Mass-trapping of Ceratitis capitata (Diptera: Tephritidae) in citrus: how it works and factors to improve its efficacy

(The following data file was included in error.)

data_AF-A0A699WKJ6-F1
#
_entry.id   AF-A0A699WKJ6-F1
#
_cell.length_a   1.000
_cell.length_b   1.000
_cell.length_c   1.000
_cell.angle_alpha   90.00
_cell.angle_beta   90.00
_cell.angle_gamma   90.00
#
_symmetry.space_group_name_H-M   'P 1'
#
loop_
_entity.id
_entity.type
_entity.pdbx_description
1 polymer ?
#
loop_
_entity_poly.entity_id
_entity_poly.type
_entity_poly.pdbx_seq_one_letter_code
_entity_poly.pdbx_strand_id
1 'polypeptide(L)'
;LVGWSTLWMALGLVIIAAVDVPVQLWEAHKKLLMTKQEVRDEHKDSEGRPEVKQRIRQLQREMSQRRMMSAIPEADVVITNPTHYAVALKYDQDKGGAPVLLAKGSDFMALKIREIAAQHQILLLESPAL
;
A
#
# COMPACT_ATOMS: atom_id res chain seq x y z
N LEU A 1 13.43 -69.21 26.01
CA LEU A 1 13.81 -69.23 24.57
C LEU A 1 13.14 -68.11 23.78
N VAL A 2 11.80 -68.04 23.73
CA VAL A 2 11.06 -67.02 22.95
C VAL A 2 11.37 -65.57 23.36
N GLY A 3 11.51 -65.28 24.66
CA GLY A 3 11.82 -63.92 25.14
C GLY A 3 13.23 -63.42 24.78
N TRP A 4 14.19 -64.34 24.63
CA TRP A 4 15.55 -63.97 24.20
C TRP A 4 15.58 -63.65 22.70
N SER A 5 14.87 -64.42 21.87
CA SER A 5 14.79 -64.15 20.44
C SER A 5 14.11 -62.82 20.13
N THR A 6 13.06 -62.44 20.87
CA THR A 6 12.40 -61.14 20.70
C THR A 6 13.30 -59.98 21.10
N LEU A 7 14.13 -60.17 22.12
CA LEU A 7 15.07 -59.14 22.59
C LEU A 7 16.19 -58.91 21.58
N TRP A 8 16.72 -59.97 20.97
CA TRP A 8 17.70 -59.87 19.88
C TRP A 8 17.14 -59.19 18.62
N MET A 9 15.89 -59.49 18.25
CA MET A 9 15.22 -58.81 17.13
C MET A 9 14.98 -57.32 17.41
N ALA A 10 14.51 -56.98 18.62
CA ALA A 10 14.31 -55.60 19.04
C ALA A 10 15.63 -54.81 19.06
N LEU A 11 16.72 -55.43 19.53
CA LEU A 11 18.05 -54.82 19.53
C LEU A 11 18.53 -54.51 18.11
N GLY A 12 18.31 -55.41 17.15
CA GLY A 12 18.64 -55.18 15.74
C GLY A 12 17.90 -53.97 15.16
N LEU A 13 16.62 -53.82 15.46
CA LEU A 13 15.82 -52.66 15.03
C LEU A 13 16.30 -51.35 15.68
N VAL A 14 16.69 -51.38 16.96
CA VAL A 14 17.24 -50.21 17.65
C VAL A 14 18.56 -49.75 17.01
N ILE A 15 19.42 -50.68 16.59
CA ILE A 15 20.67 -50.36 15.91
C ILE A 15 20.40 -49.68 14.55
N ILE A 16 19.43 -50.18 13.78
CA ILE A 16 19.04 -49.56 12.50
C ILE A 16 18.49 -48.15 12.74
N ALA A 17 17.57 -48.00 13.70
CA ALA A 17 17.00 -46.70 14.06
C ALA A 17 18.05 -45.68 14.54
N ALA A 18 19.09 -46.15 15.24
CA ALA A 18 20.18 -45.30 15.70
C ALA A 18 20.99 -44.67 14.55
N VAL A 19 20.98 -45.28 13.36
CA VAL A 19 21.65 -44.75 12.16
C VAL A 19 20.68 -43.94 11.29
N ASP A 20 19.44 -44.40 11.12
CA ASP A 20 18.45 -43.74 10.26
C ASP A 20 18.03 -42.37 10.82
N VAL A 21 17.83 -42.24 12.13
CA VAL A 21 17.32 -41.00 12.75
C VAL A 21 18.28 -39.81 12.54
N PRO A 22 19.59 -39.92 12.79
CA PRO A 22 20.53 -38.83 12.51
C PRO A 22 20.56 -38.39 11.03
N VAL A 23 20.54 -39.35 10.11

Abstract: The spatial distribution of medfly Ceratitis capitata (Diptera: Tephritidae) adults captured in the traps was analyzed in citrus orchards where mass trapping was applied to control the pest, with the objective of understanding how the method works, to determine the factors which influence it and to suggest changes which could improve its efficacy. A network of traps for mass trapping was established in 31 citrus orchards In Ibiza Island, from 2006 to 2008. The traps were of the tephri-trap type and baited with Tripack as attractant; they were uniformly distributed at a density of 50 per hectare following the standard recommendations. All traps of the mass trapping arrangement were sampled at intervals of 30 to 45 days by counting all flies captured on each trap. In all, 110 samplings, with a mean of 102 traps per sampling, were observed. Our results show that the establishment of the network of traps causes a barrier effect, with a gradual and rather constant reduction in medfly captures from the periphery to the interior of the area covered. The reduction rate observed is usually low: the average captures were 3.5 flies per trap and day (ftd) on the external edge row of traps and 2.3 ftd on the second row of traps, reaching 0.7 ftd on the sixth row located 70 meters inside the orchard. The following factors were analyzed for the barrier effect on medfly populations: size and shape of the orchard, presence of mature fruits, species and/or variety of fruit, month of the year, time elapsed since the mass trapping was laid out, and overall medfly abundance in the periphery of the area protected. The factors that showed significant influence were the size and shape of the orchard, and the month of the year: larger plots and plots with minimum ratio perimeter/area showed higher capacity in reduction of captures from the exterior to the interior of the plot, and the efficiency of the system of control increases in June and July. According to these results, the success of mass trapping can be measured by the capacity to get high levels of reduction between the external and the internal traps in the plot. The mass trapping technique must be applied in large areas, of several tens of hectares, in surfaces with a compact shape in order to minimize the perimeter, and increasing the density of traps in the periphery of the protected area. Traps should be installed when fruit ripening approaches but not before as no improvement was observed when traps were established in earlier periods of fruit development.

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